Is it cold in Russia? What? You know I’m not from Russia. It doesn’t matter that I’ve not been there... as a foreigner, it’s expected that I be an expert in all things foreign. It was a tough question, but it really came down to what time of the year... I guess it would be cold in the winter, but not in the summer. Giving me an “Ah so ka” (kindda ‘oh, I see’), I apparently dodged the bullet of incompetency.

While one might naturally assume that the Japanese are asking me these questions and more specifically ones about myself, in an effort to get to know myself and Canada better, rest assured that did not enter into the equation.

Questions in Japan are for knowledge, and knowledge is power. But it’s also for prestige. In this case, there’s a certain amount of prestige from learning something about the local gaijin (foreigner), as that knowledge can propel one up (or down) the social ladder—at least that’s how it appeared to me in Ohtawara.

Why down a ladder? Sometimes it depends on which gaijin you talked to. Getting chummy with Andrew, Matthew or Ashley – that’s a move up the ladder. Talking to one of the nice folks visiting from India at the Asian Farm Institute in north Ohtawara, could be considered a bit of a downer—not that the people visiting Japan and learning Japanese farming techniques  weren’t fantastic people, because they were—but prestige-wise,  they just weren’t Western enough, pardner.

Simply going out to buy film for my camera (yes, I am that old), will inevitably get me stopped by people interested in learning something about me. And that’s cool. I like talking to people – especially when they do so in English. Heck... it’s the point of me being in Japan. Well, that and getting laid. That was always there in the back of the mind.

Back when I was 23 (two years before travelling to Japan), I was incredibly shy. I know you don’t believe that, especially when I’m laying myself open with this blog, but if you think about it, it might explain that whole virginity thing I was afflicted with through high school, five years of university and two years of college.  Anyhow, the point is... I’m in Japan not to teach English so much as to teach the Japanese a bit about internationalization. Perhaps Matthew will be kind enough to give me the Japanese equivalent of that phrase in the comment section bellow? He’s a smart one, that Matthew.

Anyhow, I’ve come to the conclusion that the Japanese already know the answer to every question they ask the foreigners, but just get a kick out of hearing us speak English. Remember, just being seen with a foreigner is cool – but having a conversation – wow! You must be super frosty. And dating or more? Woo-hoo! Words describing how cool you are escape me.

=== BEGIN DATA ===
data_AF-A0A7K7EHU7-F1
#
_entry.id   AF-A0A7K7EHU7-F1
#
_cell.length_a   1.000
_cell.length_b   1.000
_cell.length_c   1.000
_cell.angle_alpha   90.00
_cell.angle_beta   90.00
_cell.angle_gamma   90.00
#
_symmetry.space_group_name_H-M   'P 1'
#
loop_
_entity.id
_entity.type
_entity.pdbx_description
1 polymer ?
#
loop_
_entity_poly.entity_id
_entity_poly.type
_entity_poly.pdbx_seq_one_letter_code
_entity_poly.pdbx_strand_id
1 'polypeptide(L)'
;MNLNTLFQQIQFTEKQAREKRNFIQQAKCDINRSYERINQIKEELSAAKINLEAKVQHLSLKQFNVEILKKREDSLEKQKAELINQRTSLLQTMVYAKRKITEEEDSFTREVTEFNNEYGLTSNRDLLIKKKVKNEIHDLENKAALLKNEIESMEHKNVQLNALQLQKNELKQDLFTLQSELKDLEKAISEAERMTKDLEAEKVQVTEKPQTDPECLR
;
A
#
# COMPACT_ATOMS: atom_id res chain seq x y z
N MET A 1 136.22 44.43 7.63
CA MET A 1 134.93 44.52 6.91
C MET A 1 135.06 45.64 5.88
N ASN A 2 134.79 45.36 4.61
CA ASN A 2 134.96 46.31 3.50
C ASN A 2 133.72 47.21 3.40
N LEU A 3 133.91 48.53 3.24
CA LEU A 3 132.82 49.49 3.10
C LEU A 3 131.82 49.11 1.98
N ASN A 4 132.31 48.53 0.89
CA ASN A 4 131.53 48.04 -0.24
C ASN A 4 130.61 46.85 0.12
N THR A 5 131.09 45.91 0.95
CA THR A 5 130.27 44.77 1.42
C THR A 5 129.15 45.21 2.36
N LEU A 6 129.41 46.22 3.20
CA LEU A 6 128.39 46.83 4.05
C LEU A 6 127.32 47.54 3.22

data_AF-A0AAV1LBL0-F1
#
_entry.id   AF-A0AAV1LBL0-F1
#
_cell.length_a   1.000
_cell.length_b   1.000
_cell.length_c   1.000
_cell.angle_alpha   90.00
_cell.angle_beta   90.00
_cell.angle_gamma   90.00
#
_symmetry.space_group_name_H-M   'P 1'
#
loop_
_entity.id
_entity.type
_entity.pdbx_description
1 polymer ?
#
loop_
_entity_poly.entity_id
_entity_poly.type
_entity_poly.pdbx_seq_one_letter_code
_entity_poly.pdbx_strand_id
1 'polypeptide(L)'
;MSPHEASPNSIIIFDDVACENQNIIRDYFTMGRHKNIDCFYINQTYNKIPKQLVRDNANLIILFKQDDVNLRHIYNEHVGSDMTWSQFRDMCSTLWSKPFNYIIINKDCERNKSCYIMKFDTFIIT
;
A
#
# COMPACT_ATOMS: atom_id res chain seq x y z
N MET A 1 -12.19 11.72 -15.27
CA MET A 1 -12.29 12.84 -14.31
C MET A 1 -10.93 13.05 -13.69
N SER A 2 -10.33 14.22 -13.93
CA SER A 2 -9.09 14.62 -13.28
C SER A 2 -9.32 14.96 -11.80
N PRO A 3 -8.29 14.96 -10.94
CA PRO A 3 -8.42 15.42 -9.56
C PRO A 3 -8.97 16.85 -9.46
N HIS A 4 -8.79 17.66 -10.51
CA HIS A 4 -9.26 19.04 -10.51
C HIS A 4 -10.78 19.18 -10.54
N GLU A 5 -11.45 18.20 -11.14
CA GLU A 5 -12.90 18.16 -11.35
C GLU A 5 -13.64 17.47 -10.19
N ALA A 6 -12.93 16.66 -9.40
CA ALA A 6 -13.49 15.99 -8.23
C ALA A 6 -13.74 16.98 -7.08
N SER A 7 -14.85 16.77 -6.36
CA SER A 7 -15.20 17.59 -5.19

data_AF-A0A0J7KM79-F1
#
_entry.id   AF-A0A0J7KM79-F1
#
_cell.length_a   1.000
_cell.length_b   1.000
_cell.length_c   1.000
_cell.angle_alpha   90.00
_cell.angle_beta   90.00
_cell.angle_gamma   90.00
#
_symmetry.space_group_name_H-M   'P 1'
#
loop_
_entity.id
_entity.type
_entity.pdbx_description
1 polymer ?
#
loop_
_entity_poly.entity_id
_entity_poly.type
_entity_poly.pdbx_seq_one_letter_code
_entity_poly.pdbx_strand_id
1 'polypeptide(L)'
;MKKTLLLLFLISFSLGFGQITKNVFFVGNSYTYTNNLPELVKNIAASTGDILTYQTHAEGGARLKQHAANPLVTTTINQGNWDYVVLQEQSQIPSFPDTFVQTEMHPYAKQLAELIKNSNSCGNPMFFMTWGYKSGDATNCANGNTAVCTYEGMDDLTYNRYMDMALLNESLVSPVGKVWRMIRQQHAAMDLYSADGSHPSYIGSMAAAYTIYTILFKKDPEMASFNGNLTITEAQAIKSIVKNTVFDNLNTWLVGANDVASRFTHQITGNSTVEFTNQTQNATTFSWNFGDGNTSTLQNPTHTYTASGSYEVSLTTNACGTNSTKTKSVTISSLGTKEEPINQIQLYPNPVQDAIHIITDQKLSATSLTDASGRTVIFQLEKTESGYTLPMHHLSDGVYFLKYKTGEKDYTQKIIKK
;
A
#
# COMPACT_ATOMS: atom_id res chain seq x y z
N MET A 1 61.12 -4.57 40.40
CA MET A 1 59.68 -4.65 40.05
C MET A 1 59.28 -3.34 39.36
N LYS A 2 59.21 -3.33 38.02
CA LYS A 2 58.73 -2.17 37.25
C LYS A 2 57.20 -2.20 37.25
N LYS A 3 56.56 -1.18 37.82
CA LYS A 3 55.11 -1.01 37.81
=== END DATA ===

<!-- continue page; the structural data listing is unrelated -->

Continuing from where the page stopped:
Since all of Ohtawara seemed to know I was dating Ashley, I was only allowed to answer questions.

The following are some of the questions I was asked ad infinitum during my first three months here until someone got smart and had it printed up in the local newspaper. This is also true.

Following each question are my answers as they would have been seen if the newspaper had used my computer 19 years later and wrote in English.

  • “Why did you come to Japan?” As long as the question is asked nicely, I usually answer: “I don’t know” and blubber for the next four minutes.
  • Why aren’t you married?” “Just lucky, I guess.”
  • "Do you have a girlfriend?" “I don’t know. What day is it?” (Was I already having problems already with my I-hate-your-guts-today-but-might-not-tomorrow-if-hell-freezes-over-girlfriend?)
  • "How many girlfriends do you have?" “I don’t know. What day is it?” (Yes, I guess I was.)
  • “How much money do you make?” If a member of the opposite sex asks – be careful. They may be looking for a spouse. I usually turned the question in my favour and asked them: “Japan or Canada?” Because we are dealing with English as a foreign language, I can safely state that most Japanese would only hear the word Canada, and will repeat it. I always made my salary in Canada higher than what I was currently earning in Japan. I found that besides making me look awesome for giving up money to come over and teach English to the youth of Japan, it will also scare away prospecting mates who will be stunned at your fiscal stupidity.

However, because I did have some brain function working, I gave the straight answer: “Enough to live comfortably here.”

As an aside, I made 3.6-million yen a year. A Japanese millionaire, though the US equivalent was $36,000. Not bad for a job right out of school with a recession going on in North America.)

  • "Do you know how to cook?” “No, I don’t. I’m very hungry.”
  • “How big are you?” Y’know, I was never sure how to answer this one, but I always gave the straight answer less the fact that I had a sense of humour confuse anyone. I told them my height.
  • "Can you give us your impression of Japan?”My “Sorry, but I don’t do impressions. Ba-dump-bump” confused the heck outta everyone. 
To the newspaper’s credit, they printed all of my answers word for word... in English, so maybe 30 people understood it.

Somewhere a lot of people fell off the social ladder and went ba-dump-bump,
Andrew Joseph
PS: Yes... I really was asked these questions by an Ohtawara newspaper reporter – and yes, those were my answers. I never thought it would see print. Still, after it was printed, my boss Mr. Hanazaki called me a new phrase: odokemono. It means ‘joker’. After this, I was not allowed near the media without Ohtawara Junior High School English teacher Ryoichi Shibata by my side.
PPS: Not everyone is impressed with certain foreigners. See photo above.
PPPS: Today's title brought to you by Janis Joplin.

Tuesday, December 1, 2009

I Hear You Knocking

This is just an observation and in my warped mind it seems to make sense.